It’s here – IBM Corp, Motorola Inc and Apple Computer Inc have published the first complete version of what used to be called the Common Hardware Reference Platform, but has now been shortened to the PowerPC Platform. Readers with understanding bookshops can pop down the road and order the 300-page tome, published by Morgan Kaufman. The new document is described by Todd Moore, architecture programme manager with IBM’s RS/6000 Division, as being much tighter than the PReP specification that it supersedes: PReP talked much more about recommendations… which lead to confusion. The new system replaces many of these recommendations with mandatory requirements. In addition, the new document specifies a register model for the machine and specifies the way that some registers should be used. So what’s new since the general architecture White Paper was published in April? Moore picks out work done on Open Firmware, a new set of ‘run-time abstraction services,’ and support for multiboot, as particularly noteworthy. The run-time abstracts define a skinny set of application programming interfaces that will help isolate the operating system from differences that manufacturers introduce into their individual implementations of the architecture. Operating systems will be able to rely on these application programming interfaces for standardised power management support, to handle the system clock, PCI configuration, Level 2 cache flushing, error handling and exceptions and a few other things. This is a completely new addition, not present in PReP. On the Open Firmware side, Moore says that the bindings have been more closely specified than previously – defining more exactly how adaptors and boot devices should function. Should there be a problem using existing PCI/OpenFirmware boards in the new machines it shouldn’t be a problem he said, but recommends that manufacturers test them. One big change over PReP is formalised support for booting multiple operating systems.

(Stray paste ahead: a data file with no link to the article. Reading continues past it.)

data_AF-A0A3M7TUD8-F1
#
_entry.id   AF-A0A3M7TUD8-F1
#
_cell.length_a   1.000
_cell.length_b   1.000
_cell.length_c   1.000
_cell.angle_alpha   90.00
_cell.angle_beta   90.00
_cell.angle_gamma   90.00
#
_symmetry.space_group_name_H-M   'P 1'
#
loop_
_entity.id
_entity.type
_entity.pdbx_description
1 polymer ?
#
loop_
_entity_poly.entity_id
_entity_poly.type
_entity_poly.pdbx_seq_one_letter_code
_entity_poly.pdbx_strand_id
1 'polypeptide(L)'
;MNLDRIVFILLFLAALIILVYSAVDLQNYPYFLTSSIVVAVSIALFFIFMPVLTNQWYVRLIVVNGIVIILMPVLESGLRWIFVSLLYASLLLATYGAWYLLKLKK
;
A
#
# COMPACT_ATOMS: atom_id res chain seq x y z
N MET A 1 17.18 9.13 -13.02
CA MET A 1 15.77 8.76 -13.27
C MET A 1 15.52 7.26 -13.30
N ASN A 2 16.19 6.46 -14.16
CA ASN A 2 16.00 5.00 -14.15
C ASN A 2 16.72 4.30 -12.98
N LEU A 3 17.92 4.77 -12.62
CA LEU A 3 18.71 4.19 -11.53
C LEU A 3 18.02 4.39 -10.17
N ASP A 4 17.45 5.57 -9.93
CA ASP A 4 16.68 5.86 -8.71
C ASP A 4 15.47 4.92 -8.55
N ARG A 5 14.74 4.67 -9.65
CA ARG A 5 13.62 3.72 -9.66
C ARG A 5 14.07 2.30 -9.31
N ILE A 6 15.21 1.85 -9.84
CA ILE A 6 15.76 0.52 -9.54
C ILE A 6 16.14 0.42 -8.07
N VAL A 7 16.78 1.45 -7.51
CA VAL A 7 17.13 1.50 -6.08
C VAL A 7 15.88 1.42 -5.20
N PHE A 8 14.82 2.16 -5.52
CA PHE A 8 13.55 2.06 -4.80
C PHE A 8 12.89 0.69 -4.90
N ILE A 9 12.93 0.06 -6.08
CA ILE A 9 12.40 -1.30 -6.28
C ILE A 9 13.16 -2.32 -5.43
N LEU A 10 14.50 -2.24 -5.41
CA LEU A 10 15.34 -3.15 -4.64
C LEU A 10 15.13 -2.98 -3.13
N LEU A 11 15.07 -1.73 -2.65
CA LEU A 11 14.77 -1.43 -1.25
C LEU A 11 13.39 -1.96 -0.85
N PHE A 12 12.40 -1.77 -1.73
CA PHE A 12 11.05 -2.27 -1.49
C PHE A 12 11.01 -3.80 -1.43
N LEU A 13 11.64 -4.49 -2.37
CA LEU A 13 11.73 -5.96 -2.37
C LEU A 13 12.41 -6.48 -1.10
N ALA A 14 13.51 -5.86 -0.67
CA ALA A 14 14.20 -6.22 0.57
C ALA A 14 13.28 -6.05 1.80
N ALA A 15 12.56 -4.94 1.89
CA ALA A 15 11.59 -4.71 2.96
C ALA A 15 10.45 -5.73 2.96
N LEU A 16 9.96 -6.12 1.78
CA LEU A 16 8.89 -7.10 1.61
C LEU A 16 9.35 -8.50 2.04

The design team has completely rewritten the format of the data held in the machine’s non-volatile RAM specifically to enable a choice of multiple operating system boot options. On the subject of how expensive the machines will be to build, Moore is adamant that the additional costs above and beyond PReP are minimal. There is the price of the mandatory ROM socket to take the Macintosh ROM, but other than that he reckons that the additional bits needed to support Mac input-output probably come to around $10 to $12. When will the first machines appear? The standard answer from the PowerPC triumvirate is the second half of 1996, but it is worth remembering that FirePower Systems Inc has been making noises about shipping a machine within 90 days of the thing’s announcement. The company hasn’t been so vocal about this timescale lately, and we couldn’t reach them as we were going to press. However, if the timetable still stands, the first machine would appear on January 11. Make a note in your diary. Another company that should prove quick off the mark is Mac OS licensee Power Computing Corp, which says it has been working on a PowerPC Platform project for the last six months. Apple, IBM and Motorola have announced plans to produce PowerPC Platform-compliant systems along with Canon Inc, DayStar Digital Inc, FirePower Systems Inc, IPC Technologies Inc, Pioneer Electronics Co, Power Computing Corp, Umax Data Systems Ltd and Zenith Data Systems. Apple, IBM and Motorola are developing a certification process for PowerPC Platform-compliant systems. – Chris Rose